6. The apparatus according to claim 5, wherein an external wall of the fused silica capillary is coated with an optically transparent resin.
7. The apparatus according to claim 5, wherein an internal wall of the fused silica capillary tube is coated with a stationary phase capable of retaining at least a portion of the sample to be injected.
8. The apparatus according to claim 7, wherein the stationary phase is capable of releasing the sample retained therein, such that when there is an increase in temperature of the sample chamber due to passage of the generated light therethrough, the stationary phase releases the retained sample for transmission to the sample receiving member.
Description
CROSS-REFERENCE TO RELATED APPLICATIONS

This application is a divisional of U.S. patent application Ser. No. 10/994,124, filed Nov. 19, 2004, now U.S. Pat. No. 7,252,016, issued Aug. 7, 2007, the disclosure of which is incorporated herein by reference.

BACKGROUND OF THE INVENTION

This invention relates to an injector, for example, of a rotary type, especially used in chromatography.

Japanese Patent Application Publication Laid-Open No. 2000-186985, the disclosure of which is herein incorporated by reference, discloses a micro-injector which is generally used in liquid chromatography.

As shown in FIG. 7, the above type of injector, which is a rotor 21, includes a sample chamber 22 (a flow channel) for a sample eluent to pass through and a light passage 23, both of which are provided in the rotor 21. The position of the sample chamber 22 is recognized by transmitting light through the light passage 23 and detecting the transmitted light with a light detector and, thus, the position of the sample chamber 22 is indirectly controlled.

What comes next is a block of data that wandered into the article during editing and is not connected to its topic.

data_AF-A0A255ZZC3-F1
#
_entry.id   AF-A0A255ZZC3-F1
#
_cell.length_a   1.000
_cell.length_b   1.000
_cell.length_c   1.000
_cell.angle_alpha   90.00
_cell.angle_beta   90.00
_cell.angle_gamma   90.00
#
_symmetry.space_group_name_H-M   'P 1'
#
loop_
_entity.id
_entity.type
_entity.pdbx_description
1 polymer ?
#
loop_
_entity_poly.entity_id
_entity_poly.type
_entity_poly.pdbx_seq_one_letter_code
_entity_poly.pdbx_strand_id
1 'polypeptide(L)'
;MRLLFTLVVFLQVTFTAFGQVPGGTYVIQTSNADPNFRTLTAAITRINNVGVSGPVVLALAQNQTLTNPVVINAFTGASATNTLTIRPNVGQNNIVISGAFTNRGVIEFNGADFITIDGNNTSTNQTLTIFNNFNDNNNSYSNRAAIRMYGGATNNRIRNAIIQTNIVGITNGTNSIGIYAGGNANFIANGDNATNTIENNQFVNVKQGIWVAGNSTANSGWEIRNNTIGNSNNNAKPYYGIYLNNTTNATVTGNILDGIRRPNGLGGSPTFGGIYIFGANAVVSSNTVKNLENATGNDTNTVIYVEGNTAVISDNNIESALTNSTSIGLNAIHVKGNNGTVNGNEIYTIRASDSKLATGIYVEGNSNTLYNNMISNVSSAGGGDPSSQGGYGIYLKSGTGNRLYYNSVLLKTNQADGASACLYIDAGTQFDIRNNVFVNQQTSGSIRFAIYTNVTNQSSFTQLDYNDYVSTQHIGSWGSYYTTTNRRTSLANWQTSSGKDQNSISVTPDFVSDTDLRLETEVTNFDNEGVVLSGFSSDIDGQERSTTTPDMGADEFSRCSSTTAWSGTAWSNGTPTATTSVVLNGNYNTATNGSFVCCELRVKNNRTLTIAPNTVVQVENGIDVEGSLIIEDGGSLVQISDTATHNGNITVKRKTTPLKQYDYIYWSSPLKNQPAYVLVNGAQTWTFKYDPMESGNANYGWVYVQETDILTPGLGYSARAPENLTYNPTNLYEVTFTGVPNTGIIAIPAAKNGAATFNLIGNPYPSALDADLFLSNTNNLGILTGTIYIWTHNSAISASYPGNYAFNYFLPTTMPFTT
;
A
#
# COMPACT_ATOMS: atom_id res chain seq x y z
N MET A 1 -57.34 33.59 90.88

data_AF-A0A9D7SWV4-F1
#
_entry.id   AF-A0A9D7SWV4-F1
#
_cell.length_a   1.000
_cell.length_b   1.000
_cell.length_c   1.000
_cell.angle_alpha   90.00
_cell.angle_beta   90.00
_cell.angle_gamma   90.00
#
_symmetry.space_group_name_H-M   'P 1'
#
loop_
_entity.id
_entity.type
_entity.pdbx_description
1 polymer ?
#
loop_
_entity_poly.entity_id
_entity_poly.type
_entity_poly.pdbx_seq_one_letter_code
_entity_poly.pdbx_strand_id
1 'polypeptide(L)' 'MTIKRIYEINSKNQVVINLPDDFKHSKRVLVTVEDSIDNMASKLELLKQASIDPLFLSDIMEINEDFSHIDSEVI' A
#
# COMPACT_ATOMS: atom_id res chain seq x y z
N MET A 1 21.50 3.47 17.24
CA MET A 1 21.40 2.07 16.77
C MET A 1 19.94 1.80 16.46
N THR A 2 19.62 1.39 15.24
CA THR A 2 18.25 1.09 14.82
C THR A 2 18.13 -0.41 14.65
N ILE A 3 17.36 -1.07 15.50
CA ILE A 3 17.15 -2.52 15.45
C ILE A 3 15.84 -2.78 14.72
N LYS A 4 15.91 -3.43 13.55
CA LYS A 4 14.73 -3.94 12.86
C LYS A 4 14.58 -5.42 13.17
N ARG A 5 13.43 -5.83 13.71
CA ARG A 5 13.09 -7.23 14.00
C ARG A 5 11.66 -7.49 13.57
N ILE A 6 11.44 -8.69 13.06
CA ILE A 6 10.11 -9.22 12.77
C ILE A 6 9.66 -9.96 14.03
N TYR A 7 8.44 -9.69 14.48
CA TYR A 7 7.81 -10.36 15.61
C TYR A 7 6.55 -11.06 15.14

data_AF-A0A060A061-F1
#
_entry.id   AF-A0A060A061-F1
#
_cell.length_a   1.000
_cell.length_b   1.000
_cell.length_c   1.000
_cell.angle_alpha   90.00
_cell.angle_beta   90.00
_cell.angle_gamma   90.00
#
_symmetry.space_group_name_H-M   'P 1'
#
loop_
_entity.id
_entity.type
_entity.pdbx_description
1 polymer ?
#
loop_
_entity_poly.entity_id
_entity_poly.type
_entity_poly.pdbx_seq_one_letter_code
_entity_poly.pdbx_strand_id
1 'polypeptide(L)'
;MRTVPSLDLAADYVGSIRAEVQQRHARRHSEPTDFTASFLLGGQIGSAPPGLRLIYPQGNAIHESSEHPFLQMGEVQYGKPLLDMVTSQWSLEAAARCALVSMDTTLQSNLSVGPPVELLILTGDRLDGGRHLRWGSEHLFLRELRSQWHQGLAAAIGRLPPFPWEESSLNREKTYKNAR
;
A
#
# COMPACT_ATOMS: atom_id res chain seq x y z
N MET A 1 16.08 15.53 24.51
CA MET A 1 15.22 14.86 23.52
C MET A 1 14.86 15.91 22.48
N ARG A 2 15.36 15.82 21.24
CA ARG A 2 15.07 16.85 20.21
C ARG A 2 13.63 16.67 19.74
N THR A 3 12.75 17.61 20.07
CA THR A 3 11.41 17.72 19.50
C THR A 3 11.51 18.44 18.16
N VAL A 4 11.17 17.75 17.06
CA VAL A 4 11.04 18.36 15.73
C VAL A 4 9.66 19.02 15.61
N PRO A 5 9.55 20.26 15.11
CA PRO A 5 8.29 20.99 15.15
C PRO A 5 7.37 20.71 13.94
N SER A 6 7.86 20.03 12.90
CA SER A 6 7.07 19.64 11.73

However, since the internal diameter of the sample chamber 22 is so small, it is required to control the position of the sample chamber 22 with accuracy down to the micrometer in order to connect the sample chamber 22 to an open mouth of a capillary column at the downstream end of the sample chamber 22.

Therefore, an object of the present invention is to provide an injector that has an accurately position-controllable sample chamber.

BRIEF SUMMARY OF THE INVENTION

The present invention provides an injector having the following technical features to achieve the above object.

(1) An injector according to the present invention has a sample chamber for retaining a small amount of sample, wherein a position of the sample chamber is directly controlled by transmitting light through the sample chamber and detecting the transmitted light so as to recognize the position of the sample chamber.

In this injector, since the position of the sample chamber is directly controlled by transmitting light through the sample chamber and detecting the transmitted light, it is possible to reduce detection error compared to the conventional injectors that indirectly control the position of the sample chamber by transmitting light through the light passage which is adjacent to the sample chamber.

(2) The above injector may be a rotor (a rotary type injector), wherein the sample chamber is provided in the rotor and the rotation of the rotor is controlled by transmitting light through the sample chamber and detecting the transmitted light so as to recognize the position of the sample chamber.